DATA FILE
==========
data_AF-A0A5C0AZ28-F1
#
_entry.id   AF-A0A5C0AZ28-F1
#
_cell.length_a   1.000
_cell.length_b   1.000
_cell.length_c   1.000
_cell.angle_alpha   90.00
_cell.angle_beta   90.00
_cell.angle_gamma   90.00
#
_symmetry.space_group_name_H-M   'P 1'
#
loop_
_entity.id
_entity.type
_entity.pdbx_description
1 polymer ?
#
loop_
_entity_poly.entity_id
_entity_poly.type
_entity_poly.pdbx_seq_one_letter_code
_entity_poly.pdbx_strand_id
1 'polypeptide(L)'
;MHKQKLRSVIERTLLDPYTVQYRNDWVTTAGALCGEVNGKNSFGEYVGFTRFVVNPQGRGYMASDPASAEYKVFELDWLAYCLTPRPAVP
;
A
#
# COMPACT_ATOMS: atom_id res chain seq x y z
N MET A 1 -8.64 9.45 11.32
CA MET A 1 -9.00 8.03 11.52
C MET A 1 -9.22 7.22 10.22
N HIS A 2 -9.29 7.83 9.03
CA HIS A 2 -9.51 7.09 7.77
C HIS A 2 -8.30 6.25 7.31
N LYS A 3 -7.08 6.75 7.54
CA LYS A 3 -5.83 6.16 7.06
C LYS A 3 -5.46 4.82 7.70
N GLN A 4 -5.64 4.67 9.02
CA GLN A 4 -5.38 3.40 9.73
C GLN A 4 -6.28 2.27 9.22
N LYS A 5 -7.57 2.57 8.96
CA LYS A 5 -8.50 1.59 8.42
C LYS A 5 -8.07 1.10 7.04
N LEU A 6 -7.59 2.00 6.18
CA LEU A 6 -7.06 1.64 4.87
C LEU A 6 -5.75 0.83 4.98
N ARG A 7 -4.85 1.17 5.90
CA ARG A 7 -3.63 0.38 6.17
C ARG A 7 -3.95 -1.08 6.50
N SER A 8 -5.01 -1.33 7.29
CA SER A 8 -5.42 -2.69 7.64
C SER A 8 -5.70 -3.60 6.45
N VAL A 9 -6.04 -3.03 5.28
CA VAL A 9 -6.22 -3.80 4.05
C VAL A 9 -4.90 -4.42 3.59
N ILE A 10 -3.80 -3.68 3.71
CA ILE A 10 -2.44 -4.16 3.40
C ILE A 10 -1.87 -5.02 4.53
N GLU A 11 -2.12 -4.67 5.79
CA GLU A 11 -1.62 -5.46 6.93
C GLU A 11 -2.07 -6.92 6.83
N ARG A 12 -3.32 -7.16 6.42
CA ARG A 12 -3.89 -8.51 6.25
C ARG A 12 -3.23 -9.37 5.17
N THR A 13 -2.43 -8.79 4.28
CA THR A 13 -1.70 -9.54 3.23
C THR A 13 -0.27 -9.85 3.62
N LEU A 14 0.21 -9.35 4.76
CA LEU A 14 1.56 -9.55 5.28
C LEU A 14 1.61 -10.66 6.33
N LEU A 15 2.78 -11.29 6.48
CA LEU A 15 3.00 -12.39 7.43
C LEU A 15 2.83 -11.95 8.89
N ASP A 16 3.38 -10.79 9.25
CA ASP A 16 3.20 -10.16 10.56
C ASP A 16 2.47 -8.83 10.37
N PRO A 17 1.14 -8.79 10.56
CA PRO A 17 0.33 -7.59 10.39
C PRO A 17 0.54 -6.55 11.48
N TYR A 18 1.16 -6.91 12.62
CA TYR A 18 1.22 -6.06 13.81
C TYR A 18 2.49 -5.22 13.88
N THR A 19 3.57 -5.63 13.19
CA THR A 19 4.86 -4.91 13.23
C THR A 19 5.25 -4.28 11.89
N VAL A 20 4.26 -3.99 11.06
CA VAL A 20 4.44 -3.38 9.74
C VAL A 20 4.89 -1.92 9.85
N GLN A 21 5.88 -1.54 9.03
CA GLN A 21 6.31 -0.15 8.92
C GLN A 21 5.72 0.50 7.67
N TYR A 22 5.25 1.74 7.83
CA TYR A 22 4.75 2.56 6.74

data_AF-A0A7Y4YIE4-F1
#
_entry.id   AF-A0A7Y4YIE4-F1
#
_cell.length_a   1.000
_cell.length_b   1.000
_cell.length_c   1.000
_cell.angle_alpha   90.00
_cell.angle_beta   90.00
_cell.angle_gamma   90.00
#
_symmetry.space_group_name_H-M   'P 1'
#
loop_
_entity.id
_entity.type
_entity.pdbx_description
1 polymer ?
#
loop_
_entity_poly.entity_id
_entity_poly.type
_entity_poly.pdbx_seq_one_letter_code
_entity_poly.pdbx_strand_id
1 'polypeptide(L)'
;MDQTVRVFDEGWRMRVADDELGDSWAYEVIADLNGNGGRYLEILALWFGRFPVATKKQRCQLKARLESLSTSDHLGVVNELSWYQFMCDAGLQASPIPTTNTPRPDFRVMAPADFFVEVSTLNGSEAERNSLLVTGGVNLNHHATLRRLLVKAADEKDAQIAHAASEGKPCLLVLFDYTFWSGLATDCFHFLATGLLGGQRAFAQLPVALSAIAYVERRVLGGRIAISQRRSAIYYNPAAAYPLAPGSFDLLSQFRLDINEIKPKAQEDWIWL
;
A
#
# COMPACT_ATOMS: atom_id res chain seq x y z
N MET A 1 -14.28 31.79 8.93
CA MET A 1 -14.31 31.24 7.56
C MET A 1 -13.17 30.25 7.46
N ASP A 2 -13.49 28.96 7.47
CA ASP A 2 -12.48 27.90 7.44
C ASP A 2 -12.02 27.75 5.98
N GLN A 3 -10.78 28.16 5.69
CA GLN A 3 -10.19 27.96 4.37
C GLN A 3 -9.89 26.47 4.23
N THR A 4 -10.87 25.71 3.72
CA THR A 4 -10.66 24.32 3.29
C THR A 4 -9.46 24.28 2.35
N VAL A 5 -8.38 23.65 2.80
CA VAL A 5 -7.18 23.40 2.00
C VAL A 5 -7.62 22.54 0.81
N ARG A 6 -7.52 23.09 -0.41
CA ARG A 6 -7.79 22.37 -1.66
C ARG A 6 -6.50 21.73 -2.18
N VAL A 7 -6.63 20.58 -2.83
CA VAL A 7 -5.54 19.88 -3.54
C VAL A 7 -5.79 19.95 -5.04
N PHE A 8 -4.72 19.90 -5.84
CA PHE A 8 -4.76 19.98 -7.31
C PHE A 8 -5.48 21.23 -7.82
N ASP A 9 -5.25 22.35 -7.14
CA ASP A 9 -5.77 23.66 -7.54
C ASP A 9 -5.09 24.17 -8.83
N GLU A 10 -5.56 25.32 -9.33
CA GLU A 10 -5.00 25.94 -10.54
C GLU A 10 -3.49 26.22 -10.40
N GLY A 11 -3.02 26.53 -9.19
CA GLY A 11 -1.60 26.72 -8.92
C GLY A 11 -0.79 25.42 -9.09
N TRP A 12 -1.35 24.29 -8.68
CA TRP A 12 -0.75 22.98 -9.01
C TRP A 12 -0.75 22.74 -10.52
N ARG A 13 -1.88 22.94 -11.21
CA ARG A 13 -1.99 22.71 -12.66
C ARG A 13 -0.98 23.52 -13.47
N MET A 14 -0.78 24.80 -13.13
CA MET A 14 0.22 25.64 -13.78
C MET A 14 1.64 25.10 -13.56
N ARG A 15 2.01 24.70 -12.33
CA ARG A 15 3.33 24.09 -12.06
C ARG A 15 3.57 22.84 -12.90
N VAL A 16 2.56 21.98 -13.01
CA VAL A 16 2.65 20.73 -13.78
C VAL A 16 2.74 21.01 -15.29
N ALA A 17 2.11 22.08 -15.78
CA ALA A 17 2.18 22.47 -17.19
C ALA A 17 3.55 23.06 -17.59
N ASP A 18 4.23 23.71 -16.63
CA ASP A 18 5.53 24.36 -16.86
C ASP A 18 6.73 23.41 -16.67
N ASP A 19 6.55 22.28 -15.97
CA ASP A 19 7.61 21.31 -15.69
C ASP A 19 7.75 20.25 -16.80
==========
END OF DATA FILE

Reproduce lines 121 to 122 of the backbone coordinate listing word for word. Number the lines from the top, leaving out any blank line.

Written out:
;MDQTVRVFDEGWRMRVADDELGDSWAYEVIADLNGNGGRYLEILALWFGRFPVATKKQRCQLKARLESLSTSDHLGVVNELSWYQFMCDAGLQASPIPTTNTPRPDFRVMAPADFFVEVSTLNGSEAERNSLLVTGGVNLNHHATLRRLLVKAADEKDAQIAHAASEGKPCLLVLFDYTFWSGLATDCFHFLATGLLGGQRAFAQLPVALSAIAYVERRVLGGRIAISQRRSAIYYNPAAAYPLAPGSFDLLSQFRLDINEIKPKAQEDWIWL
;